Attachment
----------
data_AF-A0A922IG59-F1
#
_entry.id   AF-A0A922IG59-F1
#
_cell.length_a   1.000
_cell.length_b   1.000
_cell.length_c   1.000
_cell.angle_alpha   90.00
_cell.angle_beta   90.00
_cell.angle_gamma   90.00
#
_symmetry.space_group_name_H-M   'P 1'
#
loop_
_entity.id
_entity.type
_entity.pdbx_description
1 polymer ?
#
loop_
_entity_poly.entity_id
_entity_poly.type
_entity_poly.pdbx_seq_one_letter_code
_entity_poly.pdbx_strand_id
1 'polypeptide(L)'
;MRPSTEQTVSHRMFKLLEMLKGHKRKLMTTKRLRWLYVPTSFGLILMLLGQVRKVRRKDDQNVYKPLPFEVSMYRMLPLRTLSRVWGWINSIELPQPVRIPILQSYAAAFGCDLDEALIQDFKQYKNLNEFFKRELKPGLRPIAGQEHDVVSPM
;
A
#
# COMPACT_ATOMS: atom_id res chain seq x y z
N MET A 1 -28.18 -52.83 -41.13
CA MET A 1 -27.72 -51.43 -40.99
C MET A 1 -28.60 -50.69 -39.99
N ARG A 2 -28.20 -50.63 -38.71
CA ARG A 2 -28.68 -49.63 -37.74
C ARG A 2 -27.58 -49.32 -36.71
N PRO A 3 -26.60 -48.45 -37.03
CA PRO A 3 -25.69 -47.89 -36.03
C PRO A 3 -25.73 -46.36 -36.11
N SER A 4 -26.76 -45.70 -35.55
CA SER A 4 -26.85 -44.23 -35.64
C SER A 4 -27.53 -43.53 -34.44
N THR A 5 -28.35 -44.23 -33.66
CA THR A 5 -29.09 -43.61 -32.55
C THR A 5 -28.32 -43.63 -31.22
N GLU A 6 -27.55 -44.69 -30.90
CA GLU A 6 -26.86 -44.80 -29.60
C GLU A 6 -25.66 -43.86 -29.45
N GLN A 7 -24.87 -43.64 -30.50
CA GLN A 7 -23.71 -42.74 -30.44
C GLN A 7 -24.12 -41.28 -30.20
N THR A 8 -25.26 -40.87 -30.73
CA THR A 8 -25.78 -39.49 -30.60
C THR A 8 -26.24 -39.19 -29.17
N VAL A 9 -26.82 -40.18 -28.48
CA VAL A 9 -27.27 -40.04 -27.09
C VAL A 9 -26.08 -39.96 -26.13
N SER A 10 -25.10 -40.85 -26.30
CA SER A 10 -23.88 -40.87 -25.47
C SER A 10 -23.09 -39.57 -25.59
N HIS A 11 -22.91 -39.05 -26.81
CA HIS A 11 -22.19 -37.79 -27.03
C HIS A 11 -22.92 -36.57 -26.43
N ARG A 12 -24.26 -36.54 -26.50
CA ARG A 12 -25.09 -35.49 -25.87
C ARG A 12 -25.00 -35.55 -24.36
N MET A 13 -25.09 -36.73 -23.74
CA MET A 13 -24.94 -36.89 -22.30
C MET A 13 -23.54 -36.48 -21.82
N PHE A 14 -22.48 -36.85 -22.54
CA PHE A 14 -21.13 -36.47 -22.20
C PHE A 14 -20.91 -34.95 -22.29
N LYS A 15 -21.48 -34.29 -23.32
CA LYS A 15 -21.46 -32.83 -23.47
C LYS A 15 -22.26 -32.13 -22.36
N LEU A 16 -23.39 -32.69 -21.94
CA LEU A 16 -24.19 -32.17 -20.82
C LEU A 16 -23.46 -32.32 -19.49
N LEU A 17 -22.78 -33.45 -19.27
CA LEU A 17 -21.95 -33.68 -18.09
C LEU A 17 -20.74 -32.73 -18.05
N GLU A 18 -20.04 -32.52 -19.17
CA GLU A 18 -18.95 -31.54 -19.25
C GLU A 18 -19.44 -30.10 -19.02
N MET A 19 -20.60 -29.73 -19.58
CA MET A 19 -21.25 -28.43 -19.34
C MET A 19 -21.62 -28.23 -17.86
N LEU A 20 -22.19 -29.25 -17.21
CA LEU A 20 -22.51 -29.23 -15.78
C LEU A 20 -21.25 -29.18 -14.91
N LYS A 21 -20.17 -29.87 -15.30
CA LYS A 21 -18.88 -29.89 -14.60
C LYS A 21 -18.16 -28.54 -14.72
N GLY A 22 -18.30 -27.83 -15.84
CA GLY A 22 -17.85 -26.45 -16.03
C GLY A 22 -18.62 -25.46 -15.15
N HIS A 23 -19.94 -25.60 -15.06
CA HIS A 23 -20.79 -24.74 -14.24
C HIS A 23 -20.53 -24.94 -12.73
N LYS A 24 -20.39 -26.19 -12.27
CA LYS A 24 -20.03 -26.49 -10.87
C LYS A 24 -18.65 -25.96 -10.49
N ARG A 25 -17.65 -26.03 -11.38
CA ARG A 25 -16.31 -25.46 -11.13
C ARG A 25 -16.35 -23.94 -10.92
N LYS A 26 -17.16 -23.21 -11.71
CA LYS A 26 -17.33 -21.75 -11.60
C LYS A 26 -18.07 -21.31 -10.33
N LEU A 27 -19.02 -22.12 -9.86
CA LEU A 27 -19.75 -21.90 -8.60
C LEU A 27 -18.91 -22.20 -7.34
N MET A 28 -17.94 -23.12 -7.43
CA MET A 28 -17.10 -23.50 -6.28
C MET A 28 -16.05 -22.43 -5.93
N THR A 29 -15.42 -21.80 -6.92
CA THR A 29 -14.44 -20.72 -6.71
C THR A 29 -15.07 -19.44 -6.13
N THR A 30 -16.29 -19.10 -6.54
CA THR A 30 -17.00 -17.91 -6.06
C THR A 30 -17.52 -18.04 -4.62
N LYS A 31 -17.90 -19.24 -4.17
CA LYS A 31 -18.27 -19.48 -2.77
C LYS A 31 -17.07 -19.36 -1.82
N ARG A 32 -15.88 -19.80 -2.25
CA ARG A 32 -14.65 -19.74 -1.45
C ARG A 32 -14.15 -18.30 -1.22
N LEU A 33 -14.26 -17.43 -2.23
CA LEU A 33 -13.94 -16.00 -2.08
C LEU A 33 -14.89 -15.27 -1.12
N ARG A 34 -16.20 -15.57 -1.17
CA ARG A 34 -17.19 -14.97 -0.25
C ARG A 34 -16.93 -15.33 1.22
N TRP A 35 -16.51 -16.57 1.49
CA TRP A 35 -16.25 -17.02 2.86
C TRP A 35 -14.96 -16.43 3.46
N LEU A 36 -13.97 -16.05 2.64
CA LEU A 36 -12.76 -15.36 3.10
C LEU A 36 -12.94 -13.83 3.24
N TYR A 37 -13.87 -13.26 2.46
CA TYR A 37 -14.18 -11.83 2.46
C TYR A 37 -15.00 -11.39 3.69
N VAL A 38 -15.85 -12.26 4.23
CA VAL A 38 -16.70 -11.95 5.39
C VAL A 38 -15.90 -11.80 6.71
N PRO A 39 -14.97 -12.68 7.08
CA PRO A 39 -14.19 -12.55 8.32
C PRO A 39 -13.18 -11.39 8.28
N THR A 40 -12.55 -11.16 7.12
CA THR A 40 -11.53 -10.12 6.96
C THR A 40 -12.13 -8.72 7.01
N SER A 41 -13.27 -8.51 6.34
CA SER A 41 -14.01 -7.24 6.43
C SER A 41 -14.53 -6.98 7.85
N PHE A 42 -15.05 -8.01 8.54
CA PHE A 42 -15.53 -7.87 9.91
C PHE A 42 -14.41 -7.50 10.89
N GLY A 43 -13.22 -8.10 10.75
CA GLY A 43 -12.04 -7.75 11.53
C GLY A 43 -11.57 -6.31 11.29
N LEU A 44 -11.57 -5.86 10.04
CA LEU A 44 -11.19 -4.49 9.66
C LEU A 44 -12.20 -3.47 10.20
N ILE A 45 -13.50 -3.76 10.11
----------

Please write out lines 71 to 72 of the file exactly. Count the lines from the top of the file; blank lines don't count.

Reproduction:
CA PHE A 14 -21.13 -36.47 -22.20
C PHE A 14 -20.91 -34.95 -22.29